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Gianluca Pegoraro, Ph.D.

Laboratory of Receptor Biology and Gene Expression
High-Throughput Imaging Facility
Facility Head
Center for Cancer Research
National Cancer Institute
Building 41, Room B622
Bethesda, MD 20892
Phone:  
301-451-2876
Fax:  
301-496-4951
E-Mail:  
gianluca.pegoraro@nih.gov

Biography

Dr. Pegoraro received his M.Sc. degree in Molecular Biology from the University of Trieste, Italy in 2000. In 2004 he then obtained a Ph.D. degree in Molecular Genetics from the International School of Advanced Studies (ISAS), Trieste, Italy. Dr. Pegoraro joined the Cell Biology of Genomes Group (CBGE)/LRBGE/CCR as a Post-Doctoral Fellow in 2006. Here, under the supervision of Dr. Tom Misteli, he first applied semi-quantitative fluorescence microscopy and biochemical approaches to characterize aging-related molecular pathways that maintain heterochromatin structure and protect cells from DNA damage. Then, in 2009 Dr. Pegoraro designed and implemented an imaging based siRNA screen for the identification of novel cellular pathways involved in Protein Quality Control (PQC). In 2012 he joined the United States Army Medical Research Institute of Infectious Diseases (USAMRIID)/PerkinElmer in Frederick, MD as a Research Scientist. While at USAMRIID, Dr. Pegoraro developed high-content imaging assays and imaging analysis routines for the study of host-pathogen interactions, and for the identification of novel antiviral compounds by high-throughput screening of small molecule libraries. In 2014 Dr. Pegoraro was appointed Head of the High-Throughput Imaging Facility (HiTIF)/LRBGE/CCR.

Research

The HiTIF provides the CCR research community with the expertise and the technology needed to set-up, optimize and implement high-throughput fluorescence microscopy assays. This technique is extremely well suited to process large numbers of samples, as in siRNA or small molecule screens, by quantitatively measuring changes in the number of cellular objects, in fluorescence intensity levels, and also in subcellular localization or in relative position of cellular markers of interest. In addition, the combination of high-throughput microscopy and high-content, single-cell image analysis allows the study of rare biological events in heterogeneous populations of cells.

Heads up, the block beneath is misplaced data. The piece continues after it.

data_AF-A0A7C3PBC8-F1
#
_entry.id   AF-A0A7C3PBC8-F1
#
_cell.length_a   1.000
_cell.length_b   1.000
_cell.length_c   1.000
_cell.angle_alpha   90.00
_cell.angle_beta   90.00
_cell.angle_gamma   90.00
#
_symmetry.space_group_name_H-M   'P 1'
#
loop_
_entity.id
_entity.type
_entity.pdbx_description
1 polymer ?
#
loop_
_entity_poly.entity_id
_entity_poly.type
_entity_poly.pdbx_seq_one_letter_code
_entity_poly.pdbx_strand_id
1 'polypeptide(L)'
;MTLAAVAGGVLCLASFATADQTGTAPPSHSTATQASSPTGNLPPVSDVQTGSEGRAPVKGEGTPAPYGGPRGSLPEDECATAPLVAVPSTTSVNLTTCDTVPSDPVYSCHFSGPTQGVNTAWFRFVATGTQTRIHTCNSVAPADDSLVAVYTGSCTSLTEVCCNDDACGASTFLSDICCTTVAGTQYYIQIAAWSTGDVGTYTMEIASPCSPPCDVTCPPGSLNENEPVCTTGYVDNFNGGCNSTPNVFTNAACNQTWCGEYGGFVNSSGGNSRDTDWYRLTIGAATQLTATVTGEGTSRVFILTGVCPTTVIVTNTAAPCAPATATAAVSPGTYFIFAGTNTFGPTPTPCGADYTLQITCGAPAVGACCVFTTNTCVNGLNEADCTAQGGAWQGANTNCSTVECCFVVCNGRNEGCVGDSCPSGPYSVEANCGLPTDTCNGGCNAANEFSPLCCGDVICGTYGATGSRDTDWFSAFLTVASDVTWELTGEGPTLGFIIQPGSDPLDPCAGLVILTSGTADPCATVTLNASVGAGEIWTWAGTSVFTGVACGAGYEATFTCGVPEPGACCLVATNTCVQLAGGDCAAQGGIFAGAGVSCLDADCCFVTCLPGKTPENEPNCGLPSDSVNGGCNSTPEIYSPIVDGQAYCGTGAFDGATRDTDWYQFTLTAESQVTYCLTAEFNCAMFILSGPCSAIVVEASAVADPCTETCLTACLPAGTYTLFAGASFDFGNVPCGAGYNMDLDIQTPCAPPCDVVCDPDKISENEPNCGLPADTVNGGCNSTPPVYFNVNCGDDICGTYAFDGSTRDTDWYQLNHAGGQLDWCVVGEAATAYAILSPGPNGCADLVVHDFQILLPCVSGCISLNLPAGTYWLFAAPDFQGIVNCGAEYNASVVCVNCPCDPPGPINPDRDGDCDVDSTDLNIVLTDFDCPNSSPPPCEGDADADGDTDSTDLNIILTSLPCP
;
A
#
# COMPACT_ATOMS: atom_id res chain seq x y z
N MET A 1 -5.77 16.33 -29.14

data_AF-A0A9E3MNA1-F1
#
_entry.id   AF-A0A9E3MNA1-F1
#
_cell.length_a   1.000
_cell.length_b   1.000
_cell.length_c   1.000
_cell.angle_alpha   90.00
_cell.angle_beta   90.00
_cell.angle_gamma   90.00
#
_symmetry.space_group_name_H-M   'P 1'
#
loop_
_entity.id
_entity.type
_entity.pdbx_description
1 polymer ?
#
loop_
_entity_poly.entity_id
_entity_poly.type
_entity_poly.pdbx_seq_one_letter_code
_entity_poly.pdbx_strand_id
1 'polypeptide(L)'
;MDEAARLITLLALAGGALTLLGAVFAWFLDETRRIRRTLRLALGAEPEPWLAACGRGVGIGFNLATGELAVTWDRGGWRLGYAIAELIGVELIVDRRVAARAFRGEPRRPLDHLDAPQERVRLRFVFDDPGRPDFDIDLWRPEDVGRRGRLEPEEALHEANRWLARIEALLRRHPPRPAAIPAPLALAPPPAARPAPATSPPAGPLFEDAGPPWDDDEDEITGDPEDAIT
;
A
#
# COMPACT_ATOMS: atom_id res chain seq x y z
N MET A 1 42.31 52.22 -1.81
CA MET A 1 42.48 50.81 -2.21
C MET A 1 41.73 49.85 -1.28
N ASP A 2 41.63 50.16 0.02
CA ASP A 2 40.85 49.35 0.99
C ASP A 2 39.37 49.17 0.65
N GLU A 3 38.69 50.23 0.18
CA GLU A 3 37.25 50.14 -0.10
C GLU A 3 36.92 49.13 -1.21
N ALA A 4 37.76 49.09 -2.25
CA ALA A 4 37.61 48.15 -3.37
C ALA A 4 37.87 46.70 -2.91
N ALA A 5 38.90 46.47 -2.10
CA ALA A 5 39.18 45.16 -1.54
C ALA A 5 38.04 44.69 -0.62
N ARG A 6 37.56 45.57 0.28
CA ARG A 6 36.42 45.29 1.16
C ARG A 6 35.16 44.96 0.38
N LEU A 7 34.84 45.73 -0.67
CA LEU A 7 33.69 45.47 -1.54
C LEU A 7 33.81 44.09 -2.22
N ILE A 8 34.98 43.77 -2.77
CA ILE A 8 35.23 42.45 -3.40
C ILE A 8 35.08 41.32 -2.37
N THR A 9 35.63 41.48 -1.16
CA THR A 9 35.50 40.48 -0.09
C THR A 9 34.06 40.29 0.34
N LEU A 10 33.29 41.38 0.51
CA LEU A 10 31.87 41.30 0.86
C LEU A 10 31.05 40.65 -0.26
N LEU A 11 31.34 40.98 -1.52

The HiTIF is equipped with instrumentation and software for the automation of sample preparation, image acquisition and image analysis. This includes a Janus automated liquid handling workstation for library reformatting, high-throughput siRNA transfection and small molecule dispensing. In addition, an EL406 plate washer/ dispenser can be used for automated Immuno-Fluorescence and DNA FISH protocols. Assays are generally run in either a 96- or 384-well imaging plates, and samples can either be fixed prior to image acquisition for end-point assays, or imaged live for time-lapse experiments. High-throughput confocal image acquisition is performed on two Opera imaging platforms. Up to four laser lines (405, 488, 561 and 640 nm on Opera 1; 445, 488, 561 and 640 nm on Opera 2) are used for sample excitation. Laser-based autofocus and a motorized stage allow high-throughput, confocal image acquisition in up to 4 separate channels at several locations per well by using high numerical aperture water objectives (20X, 40X, 60X). Depending on the image acquisition parameters, the HiTIF output can reach up to 100,000 images per day. Custom image analysis routines are built and performed using the Acapella software on dedicated HiTIF workstations and/or on the Columbus image analysis server.

HiTIF personnel are available to advise users on the experimental set-up and to assist and train them in every phase of the high-throughput imaging workflow. More details regarding HiTIF instrumentation, publications, imaging fees, and the assay development process can be found at https://ccrod.cancer.gov/confluence/display/HTIF/Home. To ask for more information and to initiate discussions about possible projects please contact Dr. Pegoraro at the email address listed above.

This page was last updated on 3/21/2014.